Workwear in the rental service contributes to climate protection with its active circular economy – that was the finding of the Circular Advantage Study conducted by the CWS Group in collaboration with the consultancy firm sustainable thinking in 2020. On average, the rental service cuts greenhouse gas emissions by around 76% (excluding transport).
The Circular Advantage study examined the impact on the climate of providing workwear to a worker in Germany for one year with and without a rental service. A climate analysis was performed especially for this purpose and the impact calculated. In the scope of the analysis, four selected CWS collections were considered in the context of a circular system (rental) and a linear system (buying and the wearer washes and repairs the clothing at home (personal contribution)) with regard to their specific data for repairs, replacement and recycling. The study also assumed that each garment was washed 46 times irrespectively of the system tested. The parameters of product quality and washing performance were ignored in order to guarantee comparability.
The underlying calculation model focuses on the climate impact of production and the effects of an extended product service life. This is achieved in the circular system mainly through repair and the repurposing of used goods, which is less common in the linear system. The product’s useful service life in particular has a significant effect on the climate impact: the more used goods are repurposed and the more they are repaired, the longer the clothing can be used and the fewer new clothes have to be produced. And, of course, every part that does not need to be manufactured does not cause extra greenhouse gas emissions.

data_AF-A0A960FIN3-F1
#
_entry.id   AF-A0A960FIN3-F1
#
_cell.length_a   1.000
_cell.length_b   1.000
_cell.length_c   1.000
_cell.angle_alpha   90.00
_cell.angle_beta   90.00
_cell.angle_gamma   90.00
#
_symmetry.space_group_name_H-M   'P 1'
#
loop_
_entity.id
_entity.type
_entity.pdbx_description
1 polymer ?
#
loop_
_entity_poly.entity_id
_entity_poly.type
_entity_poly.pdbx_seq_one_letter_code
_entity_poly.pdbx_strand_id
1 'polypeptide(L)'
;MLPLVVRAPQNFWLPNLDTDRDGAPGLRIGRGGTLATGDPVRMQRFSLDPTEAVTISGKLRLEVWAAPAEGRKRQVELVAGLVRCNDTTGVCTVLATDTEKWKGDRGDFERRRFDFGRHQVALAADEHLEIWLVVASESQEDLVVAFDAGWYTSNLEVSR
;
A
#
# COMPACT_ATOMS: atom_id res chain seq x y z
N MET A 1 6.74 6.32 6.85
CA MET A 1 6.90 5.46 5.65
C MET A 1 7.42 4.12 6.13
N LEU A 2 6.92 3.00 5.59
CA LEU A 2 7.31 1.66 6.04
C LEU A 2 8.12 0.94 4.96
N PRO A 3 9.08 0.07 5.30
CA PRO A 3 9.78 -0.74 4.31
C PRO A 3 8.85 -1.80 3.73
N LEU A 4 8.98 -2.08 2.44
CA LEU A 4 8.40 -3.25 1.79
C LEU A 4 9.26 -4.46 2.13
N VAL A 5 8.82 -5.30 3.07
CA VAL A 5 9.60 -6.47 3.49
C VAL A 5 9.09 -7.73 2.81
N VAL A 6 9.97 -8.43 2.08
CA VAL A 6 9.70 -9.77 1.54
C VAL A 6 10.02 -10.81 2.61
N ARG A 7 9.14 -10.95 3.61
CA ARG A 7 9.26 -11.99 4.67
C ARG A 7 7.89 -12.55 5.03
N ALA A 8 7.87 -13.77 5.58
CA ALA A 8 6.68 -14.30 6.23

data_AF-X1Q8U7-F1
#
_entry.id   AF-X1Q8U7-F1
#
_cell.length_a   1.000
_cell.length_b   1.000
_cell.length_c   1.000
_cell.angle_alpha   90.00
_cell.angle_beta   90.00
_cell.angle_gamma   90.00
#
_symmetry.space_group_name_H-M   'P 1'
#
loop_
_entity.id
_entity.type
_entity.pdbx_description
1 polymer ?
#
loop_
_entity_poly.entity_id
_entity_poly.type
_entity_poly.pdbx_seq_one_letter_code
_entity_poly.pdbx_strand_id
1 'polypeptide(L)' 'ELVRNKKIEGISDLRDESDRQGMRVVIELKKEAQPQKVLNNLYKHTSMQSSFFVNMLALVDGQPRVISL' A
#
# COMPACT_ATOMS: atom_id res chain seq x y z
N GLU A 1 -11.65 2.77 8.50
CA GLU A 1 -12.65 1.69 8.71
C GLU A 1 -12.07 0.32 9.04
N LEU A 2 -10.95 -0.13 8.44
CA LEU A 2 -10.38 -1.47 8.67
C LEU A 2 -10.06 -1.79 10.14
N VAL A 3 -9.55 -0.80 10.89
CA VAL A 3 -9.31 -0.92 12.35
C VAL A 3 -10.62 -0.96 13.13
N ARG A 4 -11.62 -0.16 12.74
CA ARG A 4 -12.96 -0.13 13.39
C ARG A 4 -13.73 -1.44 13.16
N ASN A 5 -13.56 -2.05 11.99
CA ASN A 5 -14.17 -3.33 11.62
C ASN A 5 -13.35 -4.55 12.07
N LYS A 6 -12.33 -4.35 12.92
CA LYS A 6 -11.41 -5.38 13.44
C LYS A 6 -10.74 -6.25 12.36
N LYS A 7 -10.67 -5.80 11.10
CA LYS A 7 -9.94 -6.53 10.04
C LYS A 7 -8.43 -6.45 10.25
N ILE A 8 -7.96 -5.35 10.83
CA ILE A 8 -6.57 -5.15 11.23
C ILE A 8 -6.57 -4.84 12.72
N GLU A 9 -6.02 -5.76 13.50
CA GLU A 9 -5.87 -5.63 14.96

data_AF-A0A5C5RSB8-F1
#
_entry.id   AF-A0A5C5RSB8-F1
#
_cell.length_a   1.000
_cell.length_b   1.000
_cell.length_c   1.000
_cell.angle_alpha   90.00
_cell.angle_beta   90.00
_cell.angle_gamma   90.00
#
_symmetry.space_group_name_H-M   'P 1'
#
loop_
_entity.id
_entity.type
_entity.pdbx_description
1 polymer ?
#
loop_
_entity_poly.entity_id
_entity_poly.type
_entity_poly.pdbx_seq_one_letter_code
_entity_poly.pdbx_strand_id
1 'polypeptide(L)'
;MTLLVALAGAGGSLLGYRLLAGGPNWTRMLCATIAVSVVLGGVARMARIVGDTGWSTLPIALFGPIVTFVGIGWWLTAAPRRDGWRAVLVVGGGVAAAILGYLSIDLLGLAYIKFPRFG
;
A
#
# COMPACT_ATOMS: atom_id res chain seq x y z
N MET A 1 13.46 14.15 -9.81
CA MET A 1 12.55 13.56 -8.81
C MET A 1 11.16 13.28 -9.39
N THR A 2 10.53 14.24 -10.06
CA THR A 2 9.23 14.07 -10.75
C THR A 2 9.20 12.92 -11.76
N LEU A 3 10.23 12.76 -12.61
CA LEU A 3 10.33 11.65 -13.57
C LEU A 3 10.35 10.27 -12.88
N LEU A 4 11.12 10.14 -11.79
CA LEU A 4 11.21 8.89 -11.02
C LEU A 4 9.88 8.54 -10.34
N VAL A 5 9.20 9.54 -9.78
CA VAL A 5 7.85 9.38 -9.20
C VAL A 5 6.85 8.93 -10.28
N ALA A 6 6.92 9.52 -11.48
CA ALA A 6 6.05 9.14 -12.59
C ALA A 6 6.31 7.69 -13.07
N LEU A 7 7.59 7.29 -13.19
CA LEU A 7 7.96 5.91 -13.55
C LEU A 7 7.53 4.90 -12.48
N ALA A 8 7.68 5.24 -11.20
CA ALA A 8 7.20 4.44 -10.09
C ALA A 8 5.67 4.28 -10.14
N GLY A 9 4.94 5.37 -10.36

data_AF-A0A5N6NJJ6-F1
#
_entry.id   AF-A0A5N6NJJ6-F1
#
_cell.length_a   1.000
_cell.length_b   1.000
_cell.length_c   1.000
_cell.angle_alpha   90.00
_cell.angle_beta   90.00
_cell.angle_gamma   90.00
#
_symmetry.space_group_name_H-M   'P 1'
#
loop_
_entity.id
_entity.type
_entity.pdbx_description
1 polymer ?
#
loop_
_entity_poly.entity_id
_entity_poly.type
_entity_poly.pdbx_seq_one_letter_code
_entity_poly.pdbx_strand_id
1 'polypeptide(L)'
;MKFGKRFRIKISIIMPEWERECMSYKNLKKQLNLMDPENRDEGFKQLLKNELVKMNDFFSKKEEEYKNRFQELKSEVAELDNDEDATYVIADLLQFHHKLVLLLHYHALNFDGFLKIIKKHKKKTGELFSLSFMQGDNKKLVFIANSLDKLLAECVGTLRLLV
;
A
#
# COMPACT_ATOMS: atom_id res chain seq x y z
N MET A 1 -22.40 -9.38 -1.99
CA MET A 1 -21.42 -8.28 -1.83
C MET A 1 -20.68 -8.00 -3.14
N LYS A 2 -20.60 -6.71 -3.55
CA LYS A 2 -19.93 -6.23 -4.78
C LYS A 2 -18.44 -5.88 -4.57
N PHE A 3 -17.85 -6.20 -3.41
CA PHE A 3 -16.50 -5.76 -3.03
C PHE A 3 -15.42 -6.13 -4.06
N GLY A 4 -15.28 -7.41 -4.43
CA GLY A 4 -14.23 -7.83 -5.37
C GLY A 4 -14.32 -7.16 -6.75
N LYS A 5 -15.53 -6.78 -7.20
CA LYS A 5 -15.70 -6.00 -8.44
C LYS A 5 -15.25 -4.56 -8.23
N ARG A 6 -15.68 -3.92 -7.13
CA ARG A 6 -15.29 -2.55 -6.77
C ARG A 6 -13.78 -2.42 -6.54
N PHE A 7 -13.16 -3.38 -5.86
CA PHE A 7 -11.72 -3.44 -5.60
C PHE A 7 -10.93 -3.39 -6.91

By employing data on the reuse of garments and the repair of damaged garments, CWS was able to model the climate impact of the rental service compared to a linear system in which wearers take care of washing and repairs themselves.
The calculation analysed repair, wear and reuse data for four different collections. The database was the processing of these four collections in the German CWS laundries in 2019 with a processing volume for these collections of approximately 500,000 items. “A sound database is essential for obtaining meaningful figures,” explained Tobias Steffen, who is responsible for the project as CWS Sustainability Manager and developed the calculation model together with other CWS experts.
The repair and wear data were evaluated in detail to determine the difference between the rental service and linear system. In doing so, the company examined all common repairs of the four studied collections and came to the conclusion that, within the scope of the repairs at home, only about half of all repairs that CWS performs would be done. And when wearers are left to their own devices, the rule is unfortunately: what doesn’t get repaired ends up in the bin.
The result of the calculation is impressive: “Normally, around 72 kilograms of carbon dioxide are generated per year and worker,” said Tobias Steffen. “By offering our workwear on a rental basis, repairing worn or broken items or replacing them with used garments, we reduce these greenhouse gas emissions to just 17 kilograms of CO2 emissions without transport. Even if you factor in transport using CWS vehicles, the CO2 emissions are still halved from 72 to 36 kilograms. That’s remarkable.”
The greatest advantage comes from repairs. Another figure illustrates just how important this aspect is: in Germany alone, more than 2.3 million items of workwear were repaired in CWS’ laundries in 2019.
 All values referring to greenhouse gas emissions are per worker per year in Germany.
 One Bluewear collection, one Industry collection, one Catering & Service collection and one PPE collection from the high-visibility range.